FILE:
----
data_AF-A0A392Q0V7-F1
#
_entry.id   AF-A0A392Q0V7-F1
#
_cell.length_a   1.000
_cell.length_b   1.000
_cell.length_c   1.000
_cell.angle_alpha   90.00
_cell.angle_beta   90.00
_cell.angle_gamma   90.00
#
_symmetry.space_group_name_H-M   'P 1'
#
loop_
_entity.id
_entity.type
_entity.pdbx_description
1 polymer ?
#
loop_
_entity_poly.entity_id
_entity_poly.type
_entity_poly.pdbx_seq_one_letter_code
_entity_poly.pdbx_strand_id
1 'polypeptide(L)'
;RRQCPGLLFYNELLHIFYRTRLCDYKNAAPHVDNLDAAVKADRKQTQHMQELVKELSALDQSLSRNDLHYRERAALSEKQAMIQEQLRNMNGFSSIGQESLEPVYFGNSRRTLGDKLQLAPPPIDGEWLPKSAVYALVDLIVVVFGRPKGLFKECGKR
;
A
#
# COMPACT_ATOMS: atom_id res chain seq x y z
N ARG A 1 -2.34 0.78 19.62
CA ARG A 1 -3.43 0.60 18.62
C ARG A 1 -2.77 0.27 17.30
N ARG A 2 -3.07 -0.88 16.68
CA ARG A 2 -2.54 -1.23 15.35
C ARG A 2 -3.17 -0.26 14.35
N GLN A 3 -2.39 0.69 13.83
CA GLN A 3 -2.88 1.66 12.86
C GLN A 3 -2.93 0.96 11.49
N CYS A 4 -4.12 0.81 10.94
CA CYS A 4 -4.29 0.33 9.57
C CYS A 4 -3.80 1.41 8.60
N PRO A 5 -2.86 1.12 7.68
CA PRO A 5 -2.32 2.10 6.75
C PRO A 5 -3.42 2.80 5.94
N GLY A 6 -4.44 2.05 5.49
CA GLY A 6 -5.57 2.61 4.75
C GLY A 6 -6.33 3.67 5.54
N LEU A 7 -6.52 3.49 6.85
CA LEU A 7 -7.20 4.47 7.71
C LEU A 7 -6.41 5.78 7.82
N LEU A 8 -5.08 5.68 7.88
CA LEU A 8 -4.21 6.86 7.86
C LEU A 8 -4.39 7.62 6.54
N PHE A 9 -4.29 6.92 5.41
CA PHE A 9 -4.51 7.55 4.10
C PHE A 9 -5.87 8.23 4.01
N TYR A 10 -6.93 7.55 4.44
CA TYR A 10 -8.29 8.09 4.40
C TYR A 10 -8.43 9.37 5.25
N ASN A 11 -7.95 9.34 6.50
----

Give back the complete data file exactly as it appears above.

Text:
data_AF-A0A392Q0V7-F1
#
_entry.id   AF-A0A392Q0V7-F1
#
_cell.length_a   1.000
_cell.length_b   1.000
_cell.length_c   1.000
_cell.angle_alpha   90.00
_cell.angle_beta   90.00
_cell.angle_gamma   90.00
#
_symmetry.space_group_name_H-M   'P 1'
#
loop_
_entity.id
_entity.type
_entity.pdbx_description
1 polymer ?
#
loop_
_entity_poly.entity_id
_entity_poly.type
_entity_poly.pdbx_seq_one_letter_code
_entity_poly.pdbx_strand_id
1 'polypeptide(L)'
;RRQCPGLLFYNELLHIFYRTRLCDYKNAAPHVDNLDAAVKADRKQTQHMQELVKELSALDQSLSRNDLHYRERAALSEKQAMIQEQLRNMNGFSSIGQESLEPVYFGNSRRTLGDKLQLAPPPIDGEWLPKSAVYALVDLIVVVFGRPKGLFKECGKR
;
A
#
# COMPACT_ATOMS: atom_id res chain seq x y z
N ARG A 1 -2.34 0.78 19.62
CA ARG A 1 -3.43 0.60 18.62
C ARG A 1 -2.77 0.27 17.30
N ARG A 2 -3.07 -0.88 16.68
CA ARG A 2 -2.54 -1.23 15.35
C ARG A 2 -3.17 -0.26 14.35
N GLN A 3 -2.39 0.69 13.83
CA GLN A 3 -2.88 1.66 12.86
C GLN A 3 -2.93 0.96 11.49
N CYS A 4 -4.12 0.81 10.94
CA CYS A 4 -4.29 0.33 9.57
C CYS A 4 -3.80 1.41 8.60
N PRO A 5 -2.86 1.12 7.68
CA PRO A 5 -2.32 2.10 6.75
C PRO A 5 -3.42 2.80 5.94
N GLY A 6 -4.44 2.05 5.49
CA GLY A 6 -5.57 2.61 4.75
C GLY A 6 -6.33 3.67 5.54
N LEU A 7 -6.52 3.49 6.85
CA LEU A 7 -7.20 4.47 7.71
C LEU A 7 -6.41 5.78 7.82
N LEU A 8 -5.08 5.68 7.88
CA LEU A 8 -4.21 6.86 7.86
C LEU A 8 -4.39 7.62 6.54
N PHE A 9 -4.29 6.92 5.41
CA PHE A 9 -4.51 7.55 4.10
C PHE A 9 -5.87 8.23 4.01
N TYR A 10 -6.93 7.55 4.44
CA TYR A 10 -8.29 8.09 4.40
C TYR A 10 -8.43 9.37 5.25
N ASN A 11 -7.95 9.34 6.50